© 2012 Connecting: Solo Travel Network & Melinda Brasher. Information.
Note: This article is reproduced here for inspirational value alone and will not normally be updated.
Therefore, all facts, figures, and author's opinions are subject to change as time goes on.

Requiem for a Lost Towel – A Solo Travel Tale

By Melinda Brasher

Anyone who's ever read "The Hitchhiker's Guide to the Galaxy" knows the importance of a traveler's towel. It is, according to Douglas Adams, "about the most massively useful thing an interstellar hitchhiker can have," and travelers, interstellar or not, develop very special relationships with their towels.

Mine came from my parents' supply, an old shriveled thing they didn't mind parting with. It accompanied me to my first foreign hostel, a dumpy place full of men in my co-ed dorm and water on the dirty bathroom floors, a place I nevertheless ended up loving. It followed me through over twenty countries, saw hundreds of hostels and cheap hotels which didn't provide towels, hundreds of strange showers, from clean ones with mosaic walls to grimy stalls of the cement-and-mold variety, from big private bathrooms with warmed tile floors to dark gym-style cubbies off courtyards where hippies gathered around their guitars. Wherever I traveled, my towel was there.

I loved it, guarded it jealously, took it to the beach, to the pool, used it as a rag, a yoga mat, a curtain, a pillow, a teddy bear. I wrapped my dirty laundry in it, padded delicate items with it. It became a blanket when I was cold, a wet cloth to lie under when I was hot. I mistreated it sometimes, used it to wipe off my feet when I crept to the hostel bathroom in the middle of the night without my sandals and came back black-footed.

Helpless and Alone

Then one day I left it hanging helpless on the bed of the Black Cat Hostel in Antigua, Guatemala. I wasn't even in a hurry. It wasn't dark in the room while I packed, or so early that sleep fogged my brain. There was no excuse. And it wasn't until five arduous travel hours later, in another town from which I would not return to Antigua, that I realized what I'd done. I tore through my backpack like a madman, hoping I was wrong. But for the first time, I didn't know where my towel was. I felt ridiculously sad. Just a few hours before, careening around hairpin turns in a shuttle van, luggage strapped precariously on top, I'd thought: Wow! It's amazing I'm still in one piece, all my stuff safely with me. Nothing stolen. Nothing lost. Ah, sweet ignorance.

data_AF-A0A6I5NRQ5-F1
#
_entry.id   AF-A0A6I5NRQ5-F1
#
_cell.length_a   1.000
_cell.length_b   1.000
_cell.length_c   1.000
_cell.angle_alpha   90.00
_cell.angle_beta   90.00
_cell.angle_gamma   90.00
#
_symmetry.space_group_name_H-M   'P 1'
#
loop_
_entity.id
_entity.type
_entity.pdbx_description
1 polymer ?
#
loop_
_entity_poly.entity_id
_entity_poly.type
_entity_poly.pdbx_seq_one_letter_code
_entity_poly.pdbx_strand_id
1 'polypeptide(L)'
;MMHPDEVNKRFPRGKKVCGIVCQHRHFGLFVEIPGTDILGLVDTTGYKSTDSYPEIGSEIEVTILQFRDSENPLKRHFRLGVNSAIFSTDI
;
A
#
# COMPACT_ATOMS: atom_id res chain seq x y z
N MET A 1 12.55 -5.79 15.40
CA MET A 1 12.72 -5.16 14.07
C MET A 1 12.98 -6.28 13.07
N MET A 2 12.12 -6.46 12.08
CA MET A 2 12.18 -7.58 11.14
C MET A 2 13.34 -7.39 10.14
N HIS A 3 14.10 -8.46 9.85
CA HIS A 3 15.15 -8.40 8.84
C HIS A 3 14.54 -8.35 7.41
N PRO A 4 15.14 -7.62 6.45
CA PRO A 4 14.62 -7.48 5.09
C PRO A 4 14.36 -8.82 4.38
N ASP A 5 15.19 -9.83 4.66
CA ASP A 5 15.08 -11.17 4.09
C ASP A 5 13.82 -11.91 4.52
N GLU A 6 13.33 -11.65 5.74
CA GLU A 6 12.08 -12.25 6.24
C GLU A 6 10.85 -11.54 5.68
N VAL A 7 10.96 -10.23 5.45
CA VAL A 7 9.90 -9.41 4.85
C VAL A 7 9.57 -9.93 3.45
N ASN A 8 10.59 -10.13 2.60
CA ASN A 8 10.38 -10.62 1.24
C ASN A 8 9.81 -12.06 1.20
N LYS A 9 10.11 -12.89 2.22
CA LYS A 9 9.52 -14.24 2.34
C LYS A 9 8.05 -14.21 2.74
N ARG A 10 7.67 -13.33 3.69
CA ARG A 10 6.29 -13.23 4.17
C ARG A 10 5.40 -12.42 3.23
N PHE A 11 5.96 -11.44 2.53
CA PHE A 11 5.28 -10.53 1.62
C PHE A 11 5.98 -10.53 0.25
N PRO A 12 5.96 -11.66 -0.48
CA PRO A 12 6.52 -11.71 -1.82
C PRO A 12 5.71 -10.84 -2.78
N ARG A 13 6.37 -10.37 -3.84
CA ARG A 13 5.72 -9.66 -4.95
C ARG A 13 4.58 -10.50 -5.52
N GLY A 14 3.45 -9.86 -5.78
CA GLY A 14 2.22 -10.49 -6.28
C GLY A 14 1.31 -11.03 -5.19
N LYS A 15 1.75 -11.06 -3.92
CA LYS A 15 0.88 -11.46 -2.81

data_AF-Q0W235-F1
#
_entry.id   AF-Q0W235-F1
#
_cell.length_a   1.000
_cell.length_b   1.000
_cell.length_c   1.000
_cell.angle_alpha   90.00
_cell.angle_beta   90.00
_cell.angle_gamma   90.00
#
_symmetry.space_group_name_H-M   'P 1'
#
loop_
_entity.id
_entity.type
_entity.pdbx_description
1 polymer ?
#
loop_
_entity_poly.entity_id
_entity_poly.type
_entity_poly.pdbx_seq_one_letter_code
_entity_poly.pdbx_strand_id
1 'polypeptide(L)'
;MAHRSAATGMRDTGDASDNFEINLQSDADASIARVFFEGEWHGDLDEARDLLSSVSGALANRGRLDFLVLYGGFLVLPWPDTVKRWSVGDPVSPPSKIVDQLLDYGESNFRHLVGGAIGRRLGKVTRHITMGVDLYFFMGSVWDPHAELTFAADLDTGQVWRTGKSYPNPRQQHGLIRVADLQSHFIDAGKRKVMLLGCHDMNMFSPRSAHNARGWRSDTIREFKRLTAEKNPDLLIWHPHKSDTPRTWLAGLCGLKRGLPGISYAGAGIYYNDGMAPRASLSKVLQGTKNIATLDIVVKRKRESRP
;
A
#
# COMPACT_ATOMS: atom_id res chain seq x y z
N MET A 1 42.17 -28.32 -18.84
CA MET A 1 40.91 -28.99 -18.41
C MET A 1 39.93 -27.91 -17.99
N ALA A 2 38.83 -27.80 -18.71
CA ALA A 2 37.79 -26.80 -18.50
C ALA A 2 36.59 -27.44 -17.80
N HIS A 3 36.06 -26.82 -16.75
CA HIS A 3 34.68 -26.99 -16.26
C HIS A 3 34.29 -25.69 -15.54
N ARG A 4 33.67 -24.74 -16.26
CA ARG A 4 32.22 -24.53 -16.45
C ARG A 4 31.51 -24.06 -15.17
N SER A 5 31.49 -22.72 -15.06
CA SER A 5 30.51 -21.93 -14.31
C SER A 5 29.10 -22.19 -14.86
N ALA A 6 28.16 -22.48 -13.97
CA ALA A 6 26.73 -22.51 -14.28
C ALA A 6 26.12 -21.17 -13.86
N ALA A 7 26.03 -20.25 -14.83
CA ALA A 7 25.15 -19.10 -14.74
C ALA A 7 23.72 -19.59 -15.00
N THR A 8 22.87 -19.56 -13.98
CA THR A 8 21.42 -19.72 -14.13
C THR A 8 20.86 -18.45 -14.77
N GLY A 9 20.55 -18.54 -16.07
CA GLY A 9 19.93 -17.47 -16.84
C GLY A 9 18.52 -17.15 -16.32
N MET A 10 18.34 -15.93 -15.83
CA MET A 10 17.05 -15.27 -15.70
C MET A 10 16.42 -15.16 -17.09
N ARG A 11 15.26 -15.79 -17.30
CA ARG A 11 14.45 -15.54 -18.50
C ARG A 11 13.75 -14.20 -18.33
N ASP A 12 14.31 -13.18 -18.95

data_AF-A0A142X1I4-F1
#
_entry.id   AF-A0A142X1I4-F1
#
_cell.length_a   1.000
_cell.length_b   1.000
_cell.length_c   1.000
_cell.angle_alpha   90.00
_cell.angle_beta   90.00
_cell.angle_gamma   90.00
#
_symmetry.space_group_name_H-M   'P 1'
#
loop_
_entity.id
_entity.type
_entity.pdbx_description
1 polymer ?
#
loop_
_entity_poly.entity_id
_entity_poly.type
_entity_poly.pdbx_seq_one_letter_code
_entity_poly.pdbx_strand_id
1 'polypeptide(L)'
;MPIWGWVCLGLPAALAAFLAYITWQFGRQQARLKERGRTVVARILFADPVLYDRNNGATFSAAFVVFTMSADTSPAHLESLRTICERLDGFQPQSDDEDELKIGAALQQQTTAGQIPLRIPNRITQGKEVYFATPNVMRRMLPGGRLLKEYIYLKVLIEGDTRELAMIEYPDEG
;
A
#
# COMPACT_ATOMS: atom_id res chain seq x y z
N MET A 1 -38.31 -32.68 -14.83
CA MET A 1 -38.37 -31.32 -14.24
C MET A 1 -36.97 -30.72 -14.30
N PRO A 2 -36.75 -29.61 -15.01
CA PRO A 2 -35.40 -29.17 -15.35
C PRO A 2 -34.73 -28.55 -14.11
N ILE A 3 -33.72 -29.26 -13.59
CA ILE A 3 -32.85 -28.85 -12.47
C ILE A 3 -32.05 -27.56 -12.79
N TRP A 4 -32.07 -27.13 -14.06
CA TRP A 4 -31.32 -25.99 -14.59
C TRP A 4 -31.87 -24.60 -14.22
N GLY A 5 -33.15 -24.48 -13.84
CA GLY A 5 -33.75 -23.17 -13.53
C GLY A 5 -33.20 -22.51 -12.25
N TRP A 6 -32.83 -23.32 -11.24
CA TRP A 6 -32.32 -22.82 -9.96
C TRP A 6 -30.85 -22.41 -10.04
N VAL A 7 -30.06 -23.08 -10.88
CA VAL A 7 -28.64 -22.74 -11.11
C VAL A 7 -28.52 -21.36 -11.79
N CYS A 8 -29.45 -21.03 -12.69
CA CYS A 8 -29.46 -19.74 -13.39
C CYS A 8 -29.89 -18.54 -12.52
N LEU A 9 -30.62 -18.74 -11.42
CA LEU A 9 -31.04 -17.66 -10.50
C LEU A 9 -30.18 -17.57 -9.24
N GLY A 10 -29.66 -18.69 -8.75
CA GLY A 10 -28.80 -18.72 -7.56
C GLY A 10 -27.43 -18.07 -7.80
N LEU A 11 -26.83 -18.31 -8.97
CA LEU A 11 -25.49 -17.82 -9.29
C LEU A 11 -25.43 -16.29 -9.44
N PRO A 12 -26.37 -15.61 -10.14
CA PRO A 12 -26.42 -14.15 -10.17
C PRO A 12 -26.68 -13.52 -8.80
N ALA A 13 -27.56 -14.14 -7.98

It was tannish-orange, a bland sort of non-color that may ultimately have led to its tragic end on the foot of a wooden bed that camouflaged its presence. Smaller than a bath towel, larger than a hand towel, it was the perfect size. Thin and worn, it dried fairly fast, though in rainy season in Central America, in winter in Europe, it often carried with it the musty smell a backpacker eventually gets used to. I loved it anyway. It folded small, weighed little, nestled comfortably in my backpack.

It was one of the things that never changed, no matter where I was or what language they were speaking around me or what my crazy hostel roommates did. When I missed my family, my home, it reminded me of them. It was always there, a security blanket, a friend. And then suddenly it was gone.

Really, I was lucky to have it as long as I did. I remembered to pack it hundreds of times, even at 4am to catch a bus, or when I'd hung it outside in the sun. No one ever kidnapped it from a dorm. The laundry service never ate it. It never fell out of my pack, never ripped when I yanked it off a rusty nail, never lost itself at home. I always knew where it was.

When I lost my towel, I felt helpless and alone, unprepared to face the rigors of travel. Perhaps it was healthy. A dose of humility. A nasty shake-up for my complacency. A chance to move on, find a new relationship. But even if I buy one of those micro-fiber quick-dry backpacker fancies, it will never replace my first towel.

I hope someone finds it and cares for it. May its cloth, faded and stretched, serve another master as well as it served me. May this new owner take it to Indonesia or Japan, to New Zealand or Zaire, somewhere it's never been. And may my towel find space in its warm fuzzy heart to forgive me for abandoning it in a hostel in Guatemala.

>> MB

Comment on this article

>> From Gerri Kope: This article was so well written. I loved it. I ended with a tear in my eye. How silly, for a towel. It was great!

Member Index